Sunday, February 15, 2009

The Great Seitan Experiment, Part 1

I've made a couple of batches of seitan in the recent weeks, and have been struggling to get the texture just so. After pouring over recipes online and finding that the methods of seitan preparation are more varied than I might have guessed, I decided to try a number of them at once, and document the results. One natural jumping-off point was the Vegetarian Resource Group, which has two methods of making seitan: a fast method and a slower method. I'd tried the faster methods, but found that the results were sponge-y and did not have the meaty texture I was looking for. So, on to the slow method.

2 cups vital wheat gluten flour
2 cups water
Any flavoring you want

Mix the ingredients together and stir with a fork until the mixture comes together. The mixture will be very soft, but don't worry - it'll continue to firm up and you work with it. Knead well, and then cover the mixture with cold water and place in the refrigerator for at least an hour.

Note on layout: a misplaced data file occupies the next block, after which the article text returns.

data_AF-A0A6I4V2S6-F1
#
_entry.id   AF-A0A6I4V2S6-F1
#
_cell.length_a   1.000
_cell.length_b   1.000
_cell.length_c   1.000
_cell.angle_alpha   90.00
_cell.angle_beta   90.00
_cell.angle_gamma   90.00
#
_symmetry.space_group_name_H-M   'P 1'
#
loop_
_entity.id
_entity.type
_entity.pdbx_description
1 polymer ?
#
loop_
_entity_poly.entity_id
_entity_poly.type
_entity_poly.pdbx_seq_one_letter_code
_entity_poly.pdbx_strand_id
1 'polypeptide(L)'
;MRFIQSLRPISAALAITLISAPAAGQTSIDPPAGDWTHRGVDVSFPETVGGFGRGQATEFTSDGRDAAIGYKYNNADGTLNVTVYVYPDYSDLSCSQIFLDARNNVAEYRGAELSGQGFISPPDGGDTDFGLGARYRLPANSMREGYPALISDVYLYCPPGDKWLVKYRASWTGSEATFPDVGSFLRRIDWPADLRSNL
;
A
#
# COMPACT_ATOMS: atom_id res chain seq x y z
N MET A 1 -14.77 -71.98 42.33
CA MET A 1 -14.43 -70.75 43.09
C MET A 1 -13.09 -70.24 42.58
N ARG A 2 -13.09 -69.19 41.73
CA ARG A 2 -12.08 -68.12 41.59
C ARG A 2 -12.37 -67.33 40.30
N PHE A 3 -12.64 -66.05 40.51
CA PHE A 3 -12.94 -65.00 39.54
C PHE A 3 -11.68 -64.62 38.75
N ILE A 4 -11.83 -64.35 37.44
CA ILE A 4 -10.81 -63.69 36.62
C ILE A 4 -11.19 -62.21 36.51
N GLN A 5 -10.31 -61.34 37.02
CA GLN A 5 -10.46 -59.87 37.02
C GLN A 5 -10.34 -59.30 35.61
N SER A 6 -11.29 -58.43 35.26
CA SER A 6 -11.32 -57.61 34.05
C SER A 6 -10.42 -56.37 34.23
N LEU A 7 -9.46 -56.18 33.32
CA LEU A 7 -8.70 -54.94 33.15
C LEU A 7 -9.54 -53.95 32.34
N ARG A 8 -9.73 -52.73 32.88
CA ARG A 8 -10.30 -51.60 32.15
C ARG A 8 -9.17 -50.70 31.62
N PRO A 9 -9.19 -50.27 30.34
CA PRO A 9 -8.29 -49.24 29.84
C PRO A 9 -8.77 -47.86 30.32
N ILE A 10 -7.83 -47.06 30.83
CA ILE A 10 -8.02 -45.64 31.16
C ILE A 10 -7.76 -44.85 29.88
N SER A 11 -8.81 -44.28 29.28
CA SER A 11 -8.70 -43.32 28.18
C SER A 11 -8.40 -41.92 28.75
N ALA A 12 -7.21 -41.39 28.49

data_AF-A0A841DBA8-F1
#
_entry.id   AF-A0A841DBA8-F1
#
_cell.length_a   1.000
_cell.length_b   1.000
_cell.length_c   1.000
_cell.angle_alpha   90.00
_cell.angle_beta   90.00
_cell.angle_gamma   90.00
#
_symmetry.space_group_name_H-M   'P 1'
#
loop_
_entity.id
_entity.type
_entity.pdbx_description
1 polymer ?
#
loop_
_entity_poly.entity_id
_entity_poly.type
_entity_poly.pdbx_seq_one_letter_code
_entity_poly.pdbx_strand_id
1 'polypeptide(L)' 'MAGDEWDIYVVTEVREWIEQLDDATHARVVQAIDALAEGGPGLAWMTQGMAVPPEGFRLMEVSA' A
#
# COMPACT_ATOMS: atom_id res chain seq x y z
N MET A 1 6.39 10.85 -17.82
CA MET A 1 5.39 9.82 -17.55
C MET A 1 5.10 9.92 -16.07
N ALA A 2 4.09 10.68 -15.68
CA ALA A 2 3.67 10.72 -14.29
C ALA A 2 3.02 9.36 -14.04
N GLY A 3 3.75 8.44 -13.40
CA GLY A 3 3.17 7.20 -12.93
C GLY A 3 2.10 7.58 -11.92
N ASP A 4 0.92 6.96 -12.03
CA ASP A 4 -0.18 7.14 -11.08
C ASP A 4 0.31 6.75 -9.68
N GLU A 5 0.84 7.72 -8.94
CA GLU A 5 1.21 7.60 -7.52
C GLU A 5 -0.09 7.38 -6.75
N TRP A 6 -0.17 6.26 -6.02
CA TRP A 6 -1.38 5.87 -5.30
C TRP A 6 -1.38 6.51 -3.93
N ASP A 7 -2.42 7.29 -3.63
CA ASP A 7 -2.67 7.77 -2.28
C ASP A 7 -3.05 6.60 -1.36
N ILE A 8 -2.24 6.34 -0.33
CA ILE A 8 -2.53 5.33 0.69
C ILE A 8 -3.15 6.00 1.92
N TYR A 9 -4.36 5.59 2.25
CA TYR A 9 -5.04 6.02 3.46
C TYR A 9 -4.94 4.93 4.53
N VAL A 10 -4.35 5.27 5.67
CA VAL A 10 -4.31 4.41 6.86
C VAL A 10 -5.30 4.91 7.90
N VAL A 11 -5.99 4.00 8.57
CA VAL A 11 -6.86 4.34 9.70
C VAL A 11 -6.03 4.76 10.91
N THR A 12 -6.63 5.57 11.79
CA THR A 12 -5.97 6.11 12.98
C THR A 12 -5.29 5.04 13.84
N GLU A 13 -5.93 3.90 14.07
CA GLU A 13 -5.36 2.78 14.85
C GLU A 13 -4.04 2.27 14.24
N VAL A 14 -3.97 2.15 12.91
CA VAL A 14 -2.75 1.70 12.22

Remove the dough from the water and begin to knead it with your hands, over the bowl. You will notice that the water that comes out of the dough is cloudy. Occasionally dip the dough back in the water, refilling it often with fresh cold water, or run the dough under a slowly-running tap, until the moisture from the dough appears clear. 

I tried three cooking methods: boiling in a broth, cooking in the oven in a foil-wrapped log, and cooking on a baking sheet uncovered. The last was the most successful.

Preheat your oven to 350 degrees and place the seitan on a well-oiled cookie sheet. Shape the dough until it appears roast-like, like a corned beef, and pop it into the oven. Cook for 15 minutes, flip, and cook for an additional 15-20 minutes. 

If you wish you may douse the "roast" in sauce at this point, and cook until the sauce caramelizes and smells delicious. I served my "roast" with a quick dipping sauce of Sriracha, ketchup, hoisin and lemon juice, and ate way too much. 

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